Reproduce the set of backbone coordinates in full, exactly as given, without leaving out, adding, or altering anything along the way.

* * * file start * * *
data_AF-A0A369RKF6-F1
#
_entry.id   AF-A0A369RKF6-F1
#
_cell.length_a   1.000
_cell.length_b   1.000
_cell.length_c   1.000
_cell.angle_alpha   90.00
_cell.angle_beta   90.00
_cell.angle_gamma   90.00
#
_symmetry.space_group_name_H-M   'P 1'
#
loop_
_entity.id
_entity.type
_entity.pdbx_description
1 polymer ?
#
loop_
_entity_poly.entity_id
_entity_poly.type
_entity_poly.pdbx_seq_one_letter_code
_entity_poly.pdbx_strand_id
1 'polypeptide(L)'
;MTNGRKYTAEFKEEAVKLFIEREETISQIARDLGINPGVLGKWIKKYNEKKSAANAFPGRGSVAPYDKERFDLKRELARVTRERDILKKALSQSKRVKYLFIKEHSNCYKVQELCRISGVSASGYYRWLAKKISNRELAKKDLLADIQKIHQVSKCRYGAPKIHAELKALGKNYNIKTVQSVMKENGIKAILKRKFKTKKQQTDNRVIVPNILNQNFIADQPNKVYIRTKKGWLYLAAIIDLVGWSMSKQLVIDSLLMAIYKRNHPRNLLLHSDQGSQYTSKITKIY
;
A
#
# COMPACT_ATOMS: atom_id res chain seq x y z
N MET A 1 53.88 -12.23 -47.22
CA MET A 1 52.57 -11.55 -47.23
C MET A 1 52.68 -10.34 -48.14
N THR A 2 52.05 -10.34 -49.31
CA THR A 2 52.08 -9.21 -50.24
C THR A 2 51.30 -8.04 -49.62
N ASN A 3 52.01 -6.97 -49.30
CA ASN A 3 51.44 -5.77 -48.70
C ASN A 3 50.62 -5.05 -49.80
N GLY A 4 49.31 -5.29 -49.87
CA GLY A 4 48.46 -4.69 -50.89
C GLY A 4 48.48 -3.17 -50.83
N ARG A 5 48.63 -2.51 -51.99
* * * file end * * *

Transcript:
data_AF-A0A369RKF6-F1
#
_entry.id   AF-A0A369RKF6-F1
#
_cell.length_a   1.000
_cell.length_b   1.000
_cell.length_c   1.000
_cell.angle_alpha   90.00
_cell.angle_beta   90.00
_cell.angle_gamma   90.00
#
_symmetry.space_group_name_H-M   'P 1'
#
loop_
_entity.id
_entity.type
_entity.pdbx_description
1 polymer ?
#
loop_
_entity_poly.entity_id
_entity_poly.type
_entity_poly.pdbx_seq_one_letter_code
_entity_poly.pdbx_strand_id
1 'polypeptide(L)'
;MTNGRKYTAEFKEEAVKLFIEREETISQIARDLGINPGVLGKWIKKYNEKKSAANAFPGRGSVAPYDKERFDLKRELARVTRERDILKKALSQSKRVKYLFIKEHSNCYKVQELCRISGVSASGYYRWLAKKISNRELAKKDLLADIQKIHQVSKCRYGAPKIHAELKALGKNYNIKTVQSVMKENGIKAILKRKFKTKKQQTDNRVIVPNILNQNFIADQPNKVYIRTKKGWLYLAAIIDLVGWSMSKQLVIDSLLMAIYKRNHPRNLLLHSDQGSQYTSKITKIY
;
A
#
# COMPACT_ATOMS: atom_id res chain seq x y z
N MET A 1 53.88 -12.23 -47.22
CA MET A 1 52.57 -11.55 -47.23
C MET A 1 52.68 -10.34 -48.14
N THR A 2 52.05 -10.34 -49.31
CA THR A 2 52.08 -9.21 -50.24
C THR A 2 51.30 -8.04 -49.62
N ASN A 3 52.01 -6.97 -49.30
CA ASN A 3 51.44 -5.77 -48.70
C ASN A 3 50.62 -5.05 -49.80
N GLY A 4 49.31 -5.29 -49.87
CA GLY A 4 48.46 -4.69 -50.89
C GLY A 4 48.48 -3.17 -50.83
N ARG A 5 48.63 -2.51 -51.99